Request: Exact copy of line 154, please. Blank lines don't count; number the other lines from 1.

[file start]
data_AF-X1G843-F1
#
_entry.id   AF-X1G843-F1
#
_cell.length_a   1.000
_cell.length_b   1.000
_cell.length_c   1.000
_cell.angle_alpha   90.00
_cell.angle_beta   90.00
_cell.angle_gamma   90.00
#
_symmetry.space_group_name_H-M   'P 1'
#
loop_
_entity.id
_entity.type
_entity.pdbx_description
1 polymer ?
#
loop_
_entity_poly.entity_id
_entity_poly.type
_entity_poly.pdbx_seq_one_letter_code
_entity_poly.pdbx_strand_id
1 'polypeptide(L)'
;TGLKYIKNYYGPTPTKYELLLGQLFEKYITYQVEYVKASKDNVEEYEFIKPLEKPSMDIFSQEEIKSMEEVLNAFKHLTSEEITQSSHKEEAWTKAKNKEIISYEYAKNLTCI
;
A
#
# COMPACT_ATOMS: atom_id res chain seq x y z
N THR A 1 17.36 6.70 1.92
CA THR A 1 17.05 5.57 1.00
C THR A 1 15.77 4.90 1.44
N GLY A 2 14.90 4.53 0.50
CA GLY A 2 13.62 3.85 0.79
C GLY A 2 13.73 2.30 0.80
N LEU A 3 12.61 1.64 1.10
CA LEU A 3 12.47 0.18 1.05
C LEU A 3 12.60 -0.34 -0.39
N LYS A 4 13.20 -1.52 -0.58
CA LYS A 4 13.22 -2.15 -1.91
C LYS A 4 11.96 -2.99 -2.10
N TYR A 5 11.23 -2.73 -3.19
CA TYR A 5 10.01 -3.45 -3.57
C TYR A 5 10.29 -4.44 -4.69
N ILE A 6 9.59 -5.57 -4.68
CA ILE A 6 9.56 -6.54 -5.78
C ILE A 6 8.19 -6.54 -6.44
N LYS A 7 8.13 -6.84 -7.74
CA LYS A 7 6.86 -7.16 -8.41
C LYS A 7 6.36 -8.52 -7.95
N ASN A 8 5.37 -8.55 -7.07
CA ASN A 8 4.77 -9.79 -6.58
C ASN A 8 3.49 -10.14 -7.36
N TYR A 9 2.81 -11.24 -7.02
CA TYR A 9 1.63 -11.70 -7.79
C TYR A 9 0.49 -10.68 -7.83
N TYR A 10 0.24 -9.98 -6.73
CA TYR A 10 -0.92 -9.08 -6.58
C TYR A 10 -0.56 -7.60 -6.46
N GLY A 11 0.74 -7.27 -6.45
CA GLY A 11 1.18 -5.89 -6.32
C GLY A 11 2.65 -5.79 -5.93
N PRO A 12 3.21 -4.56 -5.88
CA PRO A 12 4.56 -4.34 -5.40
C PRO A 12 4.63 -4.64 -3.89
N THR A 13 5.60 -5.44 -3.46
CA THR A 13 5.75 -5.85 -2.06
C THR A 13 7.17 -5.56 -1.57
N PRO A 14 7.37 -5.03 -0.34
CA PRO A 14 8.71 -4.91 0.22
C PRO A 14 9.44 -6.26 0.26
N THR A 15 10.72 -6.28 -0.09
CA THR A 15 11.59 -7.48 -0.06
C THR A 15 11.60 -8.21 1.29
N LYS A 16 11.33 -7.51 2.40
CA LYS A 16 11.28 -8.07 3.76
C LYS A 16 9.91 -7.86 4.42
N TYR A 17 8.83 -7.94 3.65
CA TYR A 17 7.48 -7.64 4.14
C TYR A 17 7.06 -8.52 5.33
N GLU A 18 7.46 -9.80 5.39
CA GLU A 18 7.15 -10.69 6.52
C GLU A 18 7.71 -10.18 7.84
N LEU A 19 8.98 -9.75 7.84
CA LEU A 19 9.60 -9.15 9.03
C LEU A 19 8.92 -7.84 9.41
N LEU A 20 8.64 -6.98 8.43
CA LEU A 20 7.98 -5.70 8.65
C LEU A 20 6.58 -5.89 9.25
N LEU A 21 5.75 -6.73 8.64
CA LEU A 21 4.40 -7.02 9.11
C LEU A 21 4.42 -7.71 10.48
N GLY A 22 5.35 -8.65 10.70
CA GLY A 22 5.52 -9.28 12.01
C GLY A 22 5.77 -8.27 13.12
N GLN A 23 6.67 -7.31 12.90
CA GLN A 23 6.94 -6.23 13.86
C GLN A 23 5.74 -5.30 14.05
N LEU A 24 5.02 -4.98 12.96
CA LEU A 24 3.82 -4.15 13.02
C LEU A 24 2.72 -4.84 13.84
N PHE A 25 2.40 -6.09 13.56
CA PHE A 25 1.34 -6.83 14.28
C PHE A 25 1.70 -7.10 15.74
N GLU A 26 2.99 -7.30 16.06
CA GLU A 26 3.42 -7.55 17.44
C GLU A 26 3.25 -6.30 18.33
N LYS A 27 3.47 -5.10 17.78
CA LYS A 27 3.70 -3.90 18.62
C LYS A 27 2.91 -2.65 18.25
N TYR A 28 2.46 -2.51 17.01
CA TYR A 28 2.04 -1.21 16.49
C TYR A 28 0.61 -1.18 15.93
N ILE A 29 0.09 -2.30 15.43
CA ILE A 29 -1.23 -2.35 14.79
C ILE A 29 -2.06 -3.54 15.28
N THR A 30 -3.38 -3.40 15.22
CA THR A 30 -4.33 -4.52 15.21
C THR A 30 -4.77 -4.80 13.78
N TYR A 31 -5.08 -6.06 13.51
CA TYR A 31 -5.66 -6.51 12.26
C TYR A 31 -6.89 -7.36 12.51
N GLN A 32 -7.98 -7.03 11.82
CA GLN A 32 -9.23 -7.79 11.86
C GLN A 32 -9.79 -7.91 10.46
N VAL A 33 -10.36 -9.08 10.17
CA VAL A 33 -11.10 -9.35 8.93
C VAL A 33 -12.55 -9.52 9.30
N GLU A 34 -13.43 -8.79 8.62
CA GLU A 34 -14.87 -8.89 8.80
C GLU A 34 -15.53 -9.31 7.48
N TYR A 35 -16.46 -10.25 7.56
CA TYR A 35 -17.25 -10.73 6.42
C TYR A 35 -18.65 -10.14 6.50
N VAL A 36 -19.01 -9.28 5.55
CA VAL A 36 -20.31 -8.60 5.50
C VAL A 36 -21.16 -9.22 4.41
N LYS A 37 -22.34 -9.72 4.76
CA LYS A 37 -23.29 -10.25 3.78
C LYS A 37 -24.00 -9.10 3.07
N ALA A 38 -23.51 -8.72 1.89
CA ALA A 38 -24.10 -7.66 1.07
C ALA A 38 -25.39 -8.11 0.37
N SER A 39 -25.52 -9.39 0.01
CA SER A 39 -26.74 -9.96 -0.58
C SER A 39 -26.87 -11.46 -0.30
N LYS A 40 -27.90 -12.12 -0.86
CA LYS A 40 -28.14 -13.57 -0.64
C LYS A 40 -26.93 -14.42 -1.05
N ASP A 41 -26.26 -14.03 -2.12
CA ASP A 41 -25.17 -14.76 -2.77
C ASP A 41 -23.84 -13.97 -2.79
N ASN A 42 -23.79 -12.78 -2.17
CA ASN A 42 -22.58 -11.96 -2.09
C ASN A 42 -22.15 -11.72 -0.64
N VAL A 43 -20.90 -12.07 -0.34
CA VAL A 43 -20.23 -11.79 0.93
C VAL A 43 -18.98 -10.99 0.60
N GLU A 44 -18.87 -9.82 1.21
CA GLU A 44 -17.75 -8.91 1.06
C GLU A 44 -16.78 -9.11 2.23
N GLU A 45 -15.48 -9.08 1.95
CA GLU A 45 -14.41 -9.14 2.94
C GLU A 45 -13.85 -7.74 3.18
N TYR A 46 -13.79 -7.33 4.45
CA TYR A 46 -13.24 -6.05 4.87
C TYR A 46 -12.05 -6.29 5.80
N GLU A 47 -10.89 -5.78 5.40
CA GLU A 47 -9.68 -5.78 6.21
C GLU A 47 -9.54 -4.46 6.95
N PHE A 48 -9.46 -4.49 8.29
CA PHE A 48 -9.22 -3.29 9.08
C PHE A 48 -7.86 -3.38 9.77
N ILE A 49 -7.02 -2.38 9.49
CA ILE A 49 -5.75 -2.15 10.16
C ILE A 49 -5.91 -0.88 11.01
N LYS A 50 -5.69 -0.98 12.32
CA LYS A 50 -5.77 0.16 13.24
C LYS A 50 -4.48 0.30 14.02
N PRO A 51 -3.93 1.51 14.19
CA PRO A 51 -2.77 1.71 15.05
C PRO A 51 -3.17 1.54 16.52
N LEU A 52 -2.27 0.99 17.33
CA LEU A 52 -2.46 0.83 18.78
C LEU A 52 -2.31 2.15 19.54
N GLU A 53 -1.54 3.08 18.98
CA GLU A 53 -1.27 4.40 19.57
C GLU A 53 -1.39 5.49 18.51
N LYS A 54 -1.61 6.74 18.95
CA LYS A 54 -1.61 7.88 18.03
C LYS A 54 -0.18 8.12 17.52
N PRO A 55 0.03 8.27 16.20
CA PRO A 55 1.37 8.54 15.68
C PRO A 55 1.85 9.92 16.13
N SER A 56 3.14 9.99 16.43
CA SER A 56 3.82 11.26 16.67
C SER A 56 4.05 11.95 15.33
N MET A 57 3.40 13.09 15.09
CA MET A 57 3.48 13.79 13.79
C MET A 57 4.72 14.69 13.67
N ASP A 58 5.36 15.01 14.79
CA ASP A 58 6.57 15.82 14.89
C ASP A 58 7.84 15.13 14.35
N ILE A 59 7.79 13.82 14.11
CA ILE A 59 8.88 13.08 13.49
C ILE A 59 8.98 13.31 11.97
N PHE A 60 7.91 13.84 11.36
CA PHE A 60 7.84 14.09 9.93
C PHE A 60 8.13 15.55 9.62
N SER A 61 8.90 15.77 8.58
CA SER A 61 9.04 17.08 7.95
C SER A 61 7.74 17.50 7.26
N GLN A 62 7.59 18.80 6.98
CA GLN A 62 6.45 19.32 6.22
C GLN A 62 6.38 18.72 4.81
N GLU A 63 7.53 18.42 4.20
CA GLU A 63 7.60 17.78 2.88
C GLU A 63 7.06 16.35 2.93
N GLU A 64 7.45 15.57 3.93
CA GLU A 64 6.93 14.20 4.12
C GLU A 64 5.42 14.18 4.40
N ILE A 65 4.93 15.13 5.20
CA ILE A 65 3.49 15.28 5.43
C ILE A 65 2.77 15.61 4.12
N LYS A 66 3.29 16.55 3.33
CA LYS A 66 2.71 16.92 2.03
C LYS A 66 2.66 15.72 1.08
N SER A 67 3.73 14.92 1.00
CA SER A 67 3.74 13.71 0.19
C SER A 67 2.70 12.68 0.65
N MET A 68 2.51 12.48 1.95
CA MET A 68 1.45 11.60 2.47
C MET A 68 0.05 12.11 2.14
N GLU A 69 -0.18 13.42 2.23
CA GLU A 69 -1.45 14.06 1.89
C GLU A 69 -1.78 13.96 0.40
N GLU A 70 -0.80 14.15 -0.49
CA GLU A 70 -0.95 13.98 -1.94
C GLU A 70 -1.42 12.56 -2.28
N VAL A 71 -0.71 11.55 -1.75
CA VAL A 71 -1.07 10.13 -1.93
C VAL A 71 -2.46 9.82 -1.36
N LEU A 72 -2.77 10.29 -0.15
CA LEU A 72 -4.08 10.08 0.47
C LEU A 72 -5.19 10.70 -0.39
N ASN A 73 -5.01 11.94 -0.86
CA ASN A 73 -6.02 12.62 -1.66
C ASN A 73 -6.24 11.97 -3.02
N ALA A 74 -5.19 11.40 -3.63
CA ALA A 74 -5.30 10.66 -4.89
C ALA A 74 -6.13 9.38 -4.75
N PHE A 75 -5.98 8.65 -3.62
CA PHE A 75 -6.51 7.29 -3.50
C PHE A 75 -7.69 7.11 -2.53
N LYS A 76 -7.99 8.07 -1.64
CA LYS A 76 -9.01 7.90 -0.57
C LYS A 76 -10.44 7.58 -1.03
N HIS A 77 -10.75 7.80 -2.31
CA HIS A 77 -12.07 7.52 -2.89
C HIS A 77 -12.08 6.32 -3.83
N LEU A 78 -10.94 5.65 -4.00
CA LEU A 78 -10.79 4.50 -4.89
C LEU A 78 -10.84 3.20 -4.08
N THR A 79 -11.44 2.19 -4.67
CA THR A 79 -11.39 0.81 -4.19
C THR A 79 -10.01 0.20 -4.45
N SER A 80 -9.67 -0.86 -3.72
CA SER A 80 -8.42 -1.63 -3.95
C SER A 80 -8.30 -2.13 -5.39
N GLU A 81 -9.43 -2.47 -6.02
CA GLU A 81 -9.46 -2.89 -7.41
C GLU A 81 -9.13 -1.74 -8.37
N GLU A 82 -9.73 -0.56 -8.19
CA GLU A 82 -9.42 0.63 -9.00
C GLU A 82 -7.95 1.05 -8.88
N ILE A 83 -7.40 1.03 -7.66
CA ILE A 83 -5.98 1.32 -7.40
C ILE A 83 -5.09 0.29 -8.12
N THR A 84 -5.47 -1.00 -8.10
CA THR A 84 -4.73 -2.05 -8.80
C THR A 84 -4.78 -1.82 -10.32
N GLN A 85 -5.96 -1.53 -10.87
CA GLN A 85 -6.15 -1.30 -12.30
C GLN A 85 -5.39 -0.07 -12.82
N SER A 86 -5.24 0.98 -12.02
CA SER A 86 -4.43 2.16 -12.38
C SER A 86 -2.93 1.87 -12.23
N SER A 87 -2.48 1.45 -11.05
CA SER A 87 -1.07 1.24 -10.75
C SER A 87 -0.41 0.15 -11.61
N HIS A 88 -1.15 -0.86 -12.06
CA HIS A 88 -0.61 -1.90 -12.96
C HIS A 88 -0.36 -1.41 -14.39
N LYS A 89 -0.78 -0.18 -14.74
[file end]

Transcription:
N ASN A 42 -23.79 -12.78 -2.17